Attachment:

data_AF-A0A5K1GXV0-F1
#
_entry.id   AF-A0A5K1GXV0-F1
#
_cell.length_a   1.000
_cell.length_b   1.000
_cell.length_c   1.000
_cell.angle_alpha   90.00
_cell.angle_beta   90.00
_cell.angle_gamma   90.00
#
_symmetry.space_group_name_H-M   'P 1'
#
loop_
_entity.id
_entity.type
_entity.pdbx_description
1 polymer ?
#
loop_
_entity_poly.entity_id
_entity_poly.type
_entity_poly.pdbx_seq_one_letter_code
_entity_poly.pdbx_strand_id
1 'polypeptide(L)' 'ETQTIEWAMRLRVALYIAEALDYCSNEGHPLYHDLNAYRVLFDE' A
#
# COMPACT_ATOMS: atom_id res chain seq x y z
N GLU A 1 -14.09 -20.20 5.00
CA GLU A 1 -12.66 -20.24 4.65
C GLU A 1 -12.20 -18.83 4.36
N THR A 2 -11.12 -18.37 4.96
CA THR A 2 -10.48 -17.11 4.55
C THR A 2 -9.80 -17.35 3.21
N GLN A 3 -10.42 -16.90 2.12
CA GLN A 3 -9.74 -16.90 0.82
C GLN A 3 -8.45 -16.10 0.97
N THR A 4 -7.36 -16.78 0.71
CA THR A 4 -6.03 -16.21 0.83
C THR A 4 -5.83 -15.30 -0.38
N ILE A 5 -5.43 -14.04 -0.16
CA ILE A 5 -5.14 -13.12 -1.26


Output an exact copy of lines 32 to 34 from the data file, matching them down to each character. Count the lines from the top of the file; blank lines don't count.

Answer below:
CA THR A 2 -10.48 -17.11 4.55
C THR A 2 -9.80 -17.35 3.21
N GLN A 3 -10.42 -16.90 2.12